3:15 – 3:30 Afternoon break
3:30 – 4:30 Resume breakout groups
4:30 – 5:00 Opportunity to provide suggestions for day two and IMMS Tour
 
Friday, June 25, 2010
8:30 – 8:40 Reconvene, review goals for the day (Simoniello)
8:40 – 10:00 Resume breakout groups
10:00 – 10:15 Morning break
10:15 – 11:00 Report out on web pages developed and large group discussion (O’Connell and Swaykos)
11:00 – 11:10 Joe pass the Chair to John
11:10 – 11:45 Identify EOC Action Items for 2010-2011 (O’Connell/group discussion)
11:45 Meeting adjourned

 


 

Appendix C

Pre-workshop Assignment

Pre-workshop Team Assignments
In order to maximize productivity during the EOC meeting, we will complete some pre-workshop tasks. For those unable to attend, I have included you on teams so that you can contribute. Our pre-workshop assignments will be in support of EOC Meeting Objectives one and two below.

EOC Meeting Objectives

  1. Develop web pages for recreational boaters and fishermen (emphasis on interpretation of wave (significant and maximum height, period and direction), water level, surface currents, and bathymetry)
  2. Extend the EOCs ability to acquire and understand data accessed via the GCOOS data portal.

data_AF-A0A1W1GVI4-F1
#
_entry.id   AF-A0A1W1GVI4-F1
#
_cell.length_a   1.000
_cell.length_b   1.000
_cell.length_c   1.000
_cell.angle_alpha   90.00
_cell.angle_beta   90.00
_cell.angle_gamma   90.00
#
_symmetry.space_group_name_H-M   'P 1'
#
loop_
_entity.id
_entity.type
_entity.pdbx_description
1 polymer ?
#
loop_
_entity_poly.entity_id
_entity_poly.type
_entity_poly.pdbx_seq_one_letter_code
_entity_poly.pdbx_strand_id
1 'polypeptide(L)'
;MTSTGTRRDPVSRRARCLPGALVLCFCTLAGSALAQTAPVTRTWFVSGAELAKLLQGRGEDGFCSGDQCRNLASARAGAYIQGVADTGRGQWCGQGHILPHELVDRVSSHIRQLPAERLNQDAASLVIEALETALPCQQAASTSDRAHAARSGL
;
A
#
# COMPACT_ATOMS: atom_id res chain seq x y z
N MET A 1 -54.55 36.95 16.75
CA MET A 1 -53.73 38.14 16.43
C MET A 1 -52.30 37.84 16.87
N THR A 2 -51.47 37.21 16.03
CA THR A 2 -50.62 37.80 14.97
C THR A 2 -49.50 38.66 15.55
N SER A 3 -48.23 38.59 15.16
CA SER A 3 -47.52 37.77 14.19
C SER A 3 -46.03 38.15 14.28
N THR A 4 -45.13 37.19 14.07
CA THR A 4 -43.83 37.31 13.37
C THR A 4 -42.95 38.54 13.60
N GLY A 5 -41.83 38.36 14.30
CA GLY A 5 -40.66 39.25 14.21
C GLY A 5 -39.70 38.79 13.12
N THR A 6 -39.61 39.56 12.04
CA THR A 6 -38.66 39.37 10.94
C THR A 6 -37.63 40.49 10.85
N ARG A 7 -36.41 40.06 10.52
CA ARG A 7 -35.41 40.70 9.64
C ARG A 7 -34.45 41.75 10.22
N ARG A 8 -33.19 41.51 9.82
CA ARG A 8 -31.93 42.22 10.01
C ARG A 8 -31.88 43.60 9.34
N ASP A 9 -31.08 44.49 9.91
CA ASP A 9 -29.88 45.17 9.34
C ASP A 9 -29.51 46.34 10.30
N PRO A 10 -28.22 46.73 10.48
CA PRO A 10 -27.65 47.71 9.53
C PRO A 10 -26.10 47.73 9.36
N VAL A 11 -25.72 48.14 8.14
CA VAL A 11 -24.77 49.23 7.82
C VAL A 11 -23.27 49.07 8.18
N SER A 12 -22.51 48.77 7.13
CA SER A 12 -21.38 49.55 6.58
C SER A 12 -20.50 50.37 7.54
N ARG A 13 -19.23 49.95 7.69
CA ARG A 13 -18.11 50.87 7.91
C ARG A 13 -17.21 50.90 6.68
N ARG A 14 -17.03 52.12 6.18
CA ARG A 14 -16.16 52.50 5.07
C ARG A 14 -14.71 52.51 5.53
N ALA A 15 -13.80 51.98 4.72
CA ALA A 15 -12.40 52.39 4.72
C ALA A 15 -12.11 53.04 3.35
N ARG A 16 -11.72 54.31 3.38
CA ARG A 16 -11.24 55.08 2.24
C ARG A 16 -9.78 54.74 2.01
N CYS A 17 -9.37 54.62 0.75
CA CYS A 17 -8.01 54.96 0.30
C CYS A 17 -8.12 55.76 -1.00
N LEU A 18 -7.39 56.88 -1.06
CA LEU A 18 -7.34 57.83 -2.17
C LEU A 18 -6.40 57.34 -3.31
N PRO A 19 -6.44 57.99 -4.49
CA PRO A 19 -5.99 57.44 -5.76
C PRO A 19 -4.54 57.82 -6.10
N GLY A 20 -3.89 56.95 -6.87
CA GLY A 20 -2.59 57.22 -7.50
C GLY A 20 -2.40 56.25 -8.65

3. Provide a professional development opportunity for EOC members to learn about HF radar (CODAR) technology and applications (focus on boating & oil mitigation)
  4. Review the GCOOS EOC Action Plan and update for 2010-2011.
  5. Determine E/O needs related to the BP Deep Horizon oil disaster and if there are E/O gaps the GCOOS EOC can address.

TEAM ONE Assignment: Focus Waves (height, period and direction) and Water Level

  1. On an ideal one-stop-shop web page for a boater, what information should be included (e.g. waves (height, period, direction), water level, surface currents, bathymetry, water temperature, weather forecast, etc.)? Using real data, create a sample page (e.g. using PowerPoint) showing what the layout might look like.
    1. For parameters you think are important, but can’t find data, please leave a placeholder. For data that are displayed in various formats, select the display you think is most effective.